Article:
Look, I hate giving away the secrets of the writers’ craft, but there are times when needs really must.
About 20 years ago, I was approached by a trade newspaper and asked to contribute a regular column on financial issues relevant to advisers, but with a consumer spin.
For many months I toiled away, crafting carefully-considered “on the one hand, on the other hand” pieces that were noteworthy for their attempts to be fair, inclusive and reflect every possible viewpoint before arriving at a measured opinion.
With hindsight, I regard that period in my writing as a failure. The problem with my approach back then was while it ticked all the boxes in terms of fairness, accuracy and a meditative approach, it lacked a key element – the ability to engage with readers’ passions, to really make them think and respond in kind.
To do that, you need to use language differently, to adopt a variety of literary devices like assonance, allusion, analogy, anecdote, anastrophe – while not forgetting alliteration, of course.
One of the more powerful devices is hyperbole, an extreme exaggeration used to make a point, to liven up a discussion. Hyperbole is a form of emphasis, it evokes strong feelings and creates powerful impressions. But as a figure of speech, it is usually not meant to be taken literally.
Sadly, I fear the application of hyperbole appears to have passed Apfa director general Chris Hannant by. Last week was a case in point, with the revelation that Hannant had written to Andrew Haldane, chief economist of the Bank of England, objecting to his comments that advisers “have no clue” about pensions.
What was Haldane’s crime? In a speech at the New City Agenda annual dinner last week, Haldane admitted to his audience: “I consider myself moderately financially literate – yet I confess to not being able to make the remotest sense of pensions. Conversations with countless experts and independent financial advisers have confirmed for me only one thing – that they have no clue either. That is a desperately poor basis for sound financial planning.”
“Haldane was also self-critical. He quoted research showing BoE speeches and reports are considered even more complex than annual reports from commercial banks”
I have read Haldane’s entire 8,000-word speech and it is exceptionally good, thoughtful, incisive, witty and it offers massive food for thought. Its 20-odd pages reference dozens of pieces of research from a variety of sources.
His comments about advisers came in the context of a discussion about the complexity of financial products: “There is plenty of evidence, including from the financial crisis, of financial products being made more complex than was necessary and consumers being charged a premium for buying them. This damaging cycle persists because of the difficulties consumers understandably face when trying to compare these products.”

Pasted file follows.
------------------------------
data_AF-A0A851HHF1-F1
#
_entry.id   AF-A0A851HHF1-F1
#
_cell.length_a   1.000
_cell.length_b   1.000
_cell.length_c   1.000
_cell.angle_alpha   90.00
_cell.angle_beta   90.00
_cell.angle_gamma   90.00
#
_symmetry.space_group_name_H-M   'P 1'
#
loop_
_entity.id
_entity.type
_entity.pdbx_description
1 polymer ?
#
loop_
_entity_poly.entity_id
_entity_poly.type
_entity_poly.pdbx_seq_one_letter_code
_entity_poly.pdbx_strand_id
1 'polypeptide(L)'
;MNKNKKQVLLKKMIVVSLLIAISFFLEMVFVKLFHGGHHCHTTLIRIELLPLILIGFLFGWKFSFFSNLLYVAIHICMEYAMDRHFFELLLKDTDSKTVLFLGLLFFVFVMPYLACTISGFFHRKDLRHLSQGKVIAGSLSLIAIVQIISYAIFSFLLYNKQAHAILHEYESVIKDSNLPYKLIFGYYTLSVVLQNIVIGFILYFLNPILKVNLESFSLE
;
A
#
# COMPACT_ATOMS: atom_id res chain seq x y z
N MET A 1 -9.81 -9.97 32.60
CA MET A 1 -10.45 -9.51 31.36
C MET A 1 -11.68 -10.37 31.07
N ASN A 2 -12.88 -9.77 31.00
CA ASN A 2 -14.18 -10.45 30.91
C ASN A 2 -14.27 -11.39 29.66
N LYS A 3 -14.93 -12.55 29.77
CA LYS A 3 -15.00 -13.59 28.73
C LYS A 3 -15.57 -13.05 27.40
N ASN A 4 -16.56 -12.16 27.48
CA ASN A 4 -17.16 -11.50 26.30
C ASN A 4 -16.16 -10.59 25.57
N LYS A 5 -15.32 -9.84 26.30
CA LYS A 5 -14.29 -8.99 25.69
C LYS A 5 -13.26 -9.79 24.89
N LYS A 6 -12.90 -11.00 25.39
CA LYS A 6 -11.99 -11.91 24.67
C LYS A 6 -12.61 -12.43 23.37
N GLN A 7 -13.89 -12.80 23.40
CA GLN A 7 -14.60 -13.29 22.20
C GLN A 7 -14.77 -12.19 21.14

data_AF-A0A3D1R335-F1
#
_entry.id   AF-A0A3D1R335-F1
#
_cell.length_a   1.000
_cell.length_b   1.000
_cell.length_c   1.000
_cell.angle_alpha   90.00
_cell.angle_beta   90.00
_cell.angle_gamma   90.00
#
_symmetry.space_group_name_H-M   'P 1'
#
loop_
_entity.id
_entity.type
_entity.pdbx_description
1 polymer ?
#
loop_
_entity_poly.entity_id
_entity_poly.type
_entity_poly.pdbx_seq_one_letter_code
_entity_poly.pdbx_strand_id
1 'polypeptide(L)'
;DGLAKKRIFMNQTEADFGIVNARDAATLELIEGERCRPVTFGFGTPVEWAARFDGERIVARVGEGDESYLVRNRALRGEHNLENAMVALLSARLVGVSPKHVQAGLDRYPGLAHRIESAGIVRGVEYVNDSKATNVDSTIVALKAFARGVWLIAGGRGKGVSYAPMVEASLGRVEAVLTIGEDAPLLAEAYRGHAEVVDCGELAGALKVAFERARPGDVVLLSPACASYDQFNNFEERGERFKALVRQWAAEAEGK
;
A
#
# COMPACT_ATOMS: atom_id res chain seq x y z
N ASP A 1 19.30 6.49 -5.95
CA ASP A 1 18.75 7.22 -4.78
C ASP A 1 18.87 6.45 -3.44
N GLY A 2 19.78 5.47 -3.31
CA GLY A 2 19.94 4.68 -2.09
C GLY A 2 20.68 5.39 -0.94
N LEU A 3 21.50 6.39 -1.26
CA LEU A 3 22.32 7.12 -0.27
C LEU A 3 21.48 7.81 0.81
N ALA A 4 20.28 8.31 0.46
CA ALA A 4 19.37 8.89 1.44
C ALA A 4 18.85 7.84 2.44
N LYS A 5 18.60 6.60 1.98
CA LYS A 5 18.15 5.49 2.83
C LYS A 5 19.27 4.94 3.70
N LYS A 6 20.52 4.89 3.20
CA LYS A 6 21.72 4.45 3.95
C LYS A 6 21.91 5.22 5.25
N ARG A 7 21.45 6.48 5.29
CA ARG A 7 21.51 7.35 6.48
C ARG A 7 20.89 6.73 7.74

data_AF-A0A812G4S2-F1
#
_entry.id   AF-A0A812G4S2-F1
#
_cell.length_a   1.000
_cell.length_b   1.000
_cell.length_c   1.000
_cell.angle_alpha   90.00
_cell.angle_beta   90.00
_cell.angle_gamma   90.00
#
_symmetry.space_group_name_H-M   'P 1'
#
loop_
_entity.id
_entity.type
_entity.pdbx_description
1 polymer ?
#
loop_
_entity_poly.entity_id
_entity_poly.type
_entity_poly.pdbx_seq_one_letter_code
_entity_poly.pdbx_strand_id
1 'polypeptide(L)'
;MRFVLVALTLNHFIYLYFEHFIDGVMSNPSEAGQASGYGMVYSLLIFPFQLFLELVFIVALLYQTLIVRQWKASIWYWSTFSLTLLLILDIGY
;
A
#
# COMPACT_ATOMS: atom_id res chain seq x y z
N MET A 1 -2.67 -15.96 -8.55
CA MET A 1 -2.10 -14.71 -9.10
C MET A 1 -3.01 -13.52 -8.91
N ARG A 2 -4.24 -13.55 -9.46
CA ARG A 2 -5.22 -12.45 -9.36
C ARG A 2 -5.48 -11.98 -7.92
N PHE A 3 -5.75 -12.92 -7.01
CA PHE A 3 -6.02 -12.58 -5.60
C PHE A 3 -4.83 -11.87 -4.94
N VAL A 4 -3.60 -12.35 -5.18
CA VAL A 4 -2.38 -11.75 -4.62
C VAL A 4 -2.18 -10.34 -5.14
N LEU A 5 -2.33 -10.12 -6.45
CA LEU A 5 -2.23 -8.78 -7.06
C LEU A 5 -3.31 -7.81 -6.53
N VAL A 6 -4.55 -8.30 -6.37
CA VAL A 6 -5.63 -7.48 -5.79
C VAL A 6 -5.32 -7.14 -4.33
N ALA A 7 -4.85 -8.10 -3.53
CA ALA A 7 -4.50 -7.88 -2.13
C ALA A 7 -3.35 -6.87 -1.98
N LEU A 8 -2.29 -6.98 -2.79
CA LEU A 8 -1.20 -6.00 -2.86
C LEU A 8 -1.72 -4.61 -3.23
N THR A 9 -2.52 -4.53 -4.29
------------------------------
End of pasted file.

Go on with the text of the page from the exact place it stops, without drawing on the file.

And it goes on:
For those who have read some of Haldane’s other speeches in recent years, the issue of unnecessary financial complexity has long been seen as central to his thinking.
In this regard, Haldane was also self-critical, identifying that most members of the public do not believe the Bank of England operates with openness – partly because they believe its leaders move in a different world from the rest of us. In his speech, Haldane quoted research showing BoE speeches and reports are considered even more complex than annual reports from commercial banks.
Haldane said: “This suggests the vast majority of the Bank’s publications may be inaccessible to the vast majority of the general public. Having assessed my own speeches, including this one, the conclusion is much the same.”
The lesson he identifies is the Bank of England must engage directly with people. When he attends meetings up and down the country he talks not just to the Bank’s company contacts but also to schools, colleges and universities and to voluntary organisations, charities and community groups.
Interesting stuff, with lots to think about – but not as far as Afpa’s po-faced Hannant is concerned. His letter told Haldane: “Advisers work hard to gain the appropriate qualifications and permissions to be able to help people make the right long-term financial decisions.
“In an environment where people need access to advice more than ever – and where the Government has committed to broaden this access through the Financial Advice Market Review – it is counter-productive to make comments that might diminish trust in the advice profession.”
Hannant offers to meet Haldane to debate this further – just as eager Jehovah’s Witnesses knock on householders’ doors and leave a copy of The Watchtower with them, so they can come back and “study” it together.
The idea of Haldane taking time to sit with Hannant and discuss the delights of the Chartered Insurance Institute’s JO2 paper on trusts as part of advisers’ journey towards QCF level 4 is a joke, of course.
What Hannant’s letter really reflects, sadly, is the chip-on-the-shoulder provincialism of a trade body capable only of focusing on a minor piece of hyperbole, rather than playing an active role in the battle of ideas about how we make financial planning come alive and relevant to millions of people in the UK. Tragic.
Nic Cicutti can be contacted at firstname.lastname@example.org. Follow him on twitter @NicCicutti